Featured in this episode of Chaos Lever
The WiFi you use everyday is meant to adhere to the IEEE 802.11 standard, defining what to implement on a given vendor’s WiFi gear. While the standard defines the what, sometimes it’s a little light on the how, and that ambiguity leaves room for security flaws such as the one discovered by researchers at Northeastern University.
The so-called kr00k attack takes advantage of how a wireless router handles buffered frames when a device goes into sleep mode and then re-awakens. An attacker can spoof a Power-Save frame to the router and then an Authenticate/Associate frame to restart transmission. Queued frames are then sent either in a non-encrypted form or with a key inserted by the attacker.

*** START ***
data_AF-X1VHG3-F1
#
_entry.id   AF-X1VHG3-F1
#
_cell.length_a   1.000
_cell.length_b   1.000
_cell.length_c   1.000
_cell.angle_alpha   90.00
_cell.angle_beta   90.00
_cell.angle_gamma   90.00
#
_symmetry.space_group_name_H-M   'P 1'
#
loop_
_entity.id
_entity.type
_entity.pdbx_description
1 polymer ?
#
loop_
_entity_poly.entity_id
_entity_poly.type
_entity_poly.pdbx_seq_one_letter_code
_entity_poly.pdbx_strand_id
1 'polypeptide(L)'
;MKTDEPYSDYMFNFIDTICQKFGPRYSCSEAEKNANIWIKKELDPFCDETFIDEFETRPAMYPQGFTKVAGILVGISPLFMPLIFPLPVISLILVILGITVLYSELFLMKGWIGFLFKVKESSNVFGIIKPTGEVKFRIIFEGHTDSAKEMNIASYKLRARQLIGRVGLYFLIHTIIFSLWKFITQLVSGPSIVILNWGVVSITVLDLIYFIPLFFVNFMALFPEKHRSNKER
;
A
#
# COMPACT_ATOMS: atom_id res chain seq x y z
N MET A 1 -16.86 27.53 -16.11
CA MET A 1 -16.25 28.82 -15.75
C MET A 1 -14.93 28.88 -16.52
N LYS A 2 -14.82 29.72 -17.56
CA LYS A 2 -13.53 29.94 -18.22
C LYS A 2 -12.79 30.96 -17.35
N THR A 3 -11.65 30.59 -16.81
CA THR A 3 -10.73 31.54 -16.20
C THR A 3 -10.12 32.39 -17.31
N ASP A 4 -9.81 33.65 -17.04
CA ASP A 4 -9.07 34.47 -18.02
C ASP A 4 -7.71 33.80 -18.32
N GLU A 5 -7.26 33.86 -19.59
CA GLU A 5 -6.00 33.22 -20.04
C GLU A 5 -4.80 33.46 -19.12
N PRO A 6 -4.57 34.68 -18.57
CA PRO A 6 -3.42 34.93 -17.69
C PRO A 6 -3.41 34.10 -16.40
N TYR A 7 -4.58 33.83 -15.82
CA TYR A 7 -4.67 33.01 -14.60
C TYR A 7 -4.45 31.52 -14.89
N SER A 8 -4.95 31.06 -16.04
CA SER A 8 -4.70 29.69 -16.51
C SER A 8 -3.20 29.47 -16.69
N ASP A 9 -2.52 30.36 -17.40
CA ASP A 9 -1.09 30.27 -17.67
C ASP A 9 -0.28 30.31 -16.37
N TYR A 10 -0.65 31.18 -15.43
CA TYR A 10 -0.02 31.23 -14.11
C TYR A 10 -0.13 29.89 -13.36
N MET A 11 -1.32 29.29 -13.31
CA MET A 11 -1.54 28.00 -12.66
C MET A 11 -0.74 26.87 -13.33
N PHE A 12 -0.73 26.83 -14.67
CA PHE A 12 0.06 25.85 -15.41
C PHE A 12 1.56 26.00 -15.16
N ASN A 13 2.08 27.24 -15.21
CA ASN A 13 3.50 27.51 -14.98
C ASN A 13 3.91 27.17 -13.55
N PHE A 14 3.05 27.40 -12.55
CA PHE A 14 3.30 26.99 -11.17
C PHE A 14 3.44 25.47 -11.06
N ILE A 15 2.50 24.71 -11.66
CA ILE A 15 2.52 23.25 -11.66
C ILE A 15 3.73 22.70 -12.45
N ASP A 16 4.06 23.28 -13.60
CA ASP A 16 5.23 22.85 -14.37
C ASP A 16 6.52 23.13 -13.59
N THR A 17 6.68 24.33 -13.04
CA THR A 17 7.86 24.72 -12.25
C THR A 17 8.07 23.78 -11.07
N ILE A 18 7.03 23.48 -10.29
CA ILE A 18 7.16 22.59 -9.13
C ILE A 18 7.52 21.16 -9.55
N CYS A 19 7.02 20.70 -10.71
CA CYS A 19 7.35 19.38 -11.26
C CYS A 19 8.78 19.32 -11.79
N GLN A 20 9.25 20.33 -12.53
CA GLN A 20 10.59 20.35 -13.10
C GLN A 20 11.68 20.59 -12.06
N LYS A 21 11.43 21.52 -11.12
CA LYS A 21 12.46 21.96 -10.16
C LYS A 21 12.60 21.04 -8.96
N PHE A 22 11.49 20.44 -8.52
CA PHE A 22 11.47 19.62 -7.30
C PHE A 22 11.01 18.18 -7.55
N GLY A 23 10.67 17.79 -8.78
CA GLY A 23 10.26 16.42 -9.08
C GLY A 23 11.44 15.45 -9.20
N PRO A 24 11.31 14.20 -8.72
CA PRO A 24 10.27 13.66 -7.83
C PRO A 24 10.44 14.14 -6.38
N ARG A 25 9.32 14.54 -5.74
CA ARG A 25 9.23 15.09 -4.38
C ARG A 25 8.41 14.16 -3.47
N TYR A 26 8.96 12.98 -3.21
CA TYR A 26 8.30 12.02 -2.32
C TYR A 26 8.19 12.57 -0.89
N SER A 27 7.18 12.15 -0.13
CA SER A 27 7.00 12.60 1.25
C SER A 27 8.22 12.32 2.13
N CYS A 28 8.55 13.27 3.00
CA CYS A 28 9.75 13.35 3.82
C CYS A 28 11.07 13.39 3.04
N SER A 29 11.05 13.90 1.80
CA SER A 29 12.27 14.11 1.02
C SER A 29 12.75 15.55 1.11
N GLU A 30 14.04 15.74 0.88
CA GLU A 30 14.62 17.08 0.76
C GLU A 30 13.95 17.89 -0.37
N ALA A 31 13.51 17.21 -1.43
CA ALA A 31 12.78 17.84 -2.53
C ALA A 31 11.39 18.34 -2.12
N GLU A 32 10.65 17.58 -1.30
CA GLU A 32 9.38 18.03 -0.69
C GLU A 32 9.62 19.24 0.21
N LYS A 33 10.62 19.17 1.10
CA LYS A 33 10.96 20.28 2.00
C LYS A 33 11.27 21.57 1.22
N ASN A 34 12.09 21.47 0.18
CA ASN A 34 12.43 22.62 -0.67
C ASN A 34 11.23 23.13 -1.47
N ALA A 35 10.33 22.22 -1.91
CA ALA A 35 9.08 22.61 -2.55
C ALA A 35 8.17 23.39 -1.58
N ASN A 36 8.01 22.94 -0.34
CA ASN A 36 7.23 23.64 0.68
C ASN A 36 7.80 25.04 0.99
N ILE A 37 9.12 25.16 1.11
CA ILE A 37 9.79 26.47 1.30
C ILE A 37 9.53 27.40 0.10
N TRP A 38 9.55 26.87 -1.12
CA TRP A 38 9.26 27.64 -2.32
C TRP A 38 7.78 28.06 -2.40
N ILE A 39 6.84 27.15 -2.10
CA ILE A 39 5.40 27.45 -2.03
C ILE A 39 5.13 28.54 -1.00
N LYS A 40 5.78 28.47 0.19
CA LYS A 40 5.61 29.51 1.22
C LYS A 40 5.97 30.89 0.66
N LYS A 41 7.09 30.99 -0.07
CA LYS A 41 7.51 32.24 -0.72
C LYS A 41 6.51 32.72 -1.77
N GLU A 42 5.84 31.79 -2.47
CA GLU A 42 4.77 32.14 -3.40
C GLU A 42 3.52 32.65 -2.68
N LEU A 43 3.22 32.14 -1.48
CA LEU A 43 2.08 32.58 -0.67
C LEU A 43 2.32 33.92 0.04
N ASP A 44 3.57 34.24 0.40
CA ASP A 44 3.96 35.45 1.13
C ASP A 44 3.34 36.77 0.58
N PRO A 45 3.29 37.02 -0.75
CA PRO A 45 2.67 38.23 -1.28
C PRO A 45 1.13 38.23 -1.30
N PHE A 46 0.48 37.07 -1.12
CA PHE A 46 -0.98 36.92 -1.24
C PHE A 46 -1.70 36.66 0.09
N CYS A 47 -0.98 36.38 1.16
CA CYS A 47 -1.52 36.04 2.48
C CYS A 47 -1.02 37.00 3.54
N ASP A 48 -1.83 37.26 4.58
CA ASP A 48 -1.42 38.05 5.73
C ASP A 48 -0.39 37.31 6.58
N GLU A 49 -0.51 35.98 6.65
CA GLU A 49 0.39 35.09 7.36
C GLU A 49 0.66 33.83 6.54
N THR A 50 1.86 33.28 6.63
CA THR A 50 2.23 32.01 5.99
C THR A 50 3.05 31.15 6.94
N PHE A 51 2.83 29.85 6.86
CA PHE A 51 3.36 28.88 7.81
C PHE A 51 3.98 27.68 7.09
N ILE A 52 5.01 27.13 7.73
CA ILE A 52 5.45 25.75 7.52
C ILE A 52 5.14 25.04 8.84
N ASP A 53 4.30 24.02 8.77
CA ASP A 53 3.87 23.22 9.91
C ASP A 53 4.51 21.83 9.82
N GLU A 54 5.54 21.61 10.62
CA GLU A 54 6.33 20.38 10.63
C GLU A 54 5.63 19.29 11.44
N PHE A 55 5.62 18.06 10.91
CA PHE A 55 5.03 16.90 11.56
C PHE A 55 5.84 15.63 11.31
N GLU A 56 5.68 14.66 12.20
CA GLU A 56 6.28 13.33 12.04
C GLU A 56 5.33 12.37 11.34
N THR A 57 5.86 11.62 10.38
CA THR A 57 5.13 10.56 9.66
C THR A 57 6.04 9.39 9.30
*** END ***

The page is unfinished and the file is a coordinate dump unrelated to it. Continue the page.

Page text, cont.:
The exploit depends heavily on how both the client and router handle the negotiation of security keys. Fortunately, you can protect yourself by simply using TLS for your network communications wherever possible. There’s also a tool called MacStealer that will test your network for vulnerability.
Patches from your wireless vendor of choice will be forthcoming, so as we always say: patch early, patch often, and use a VPN when out and about.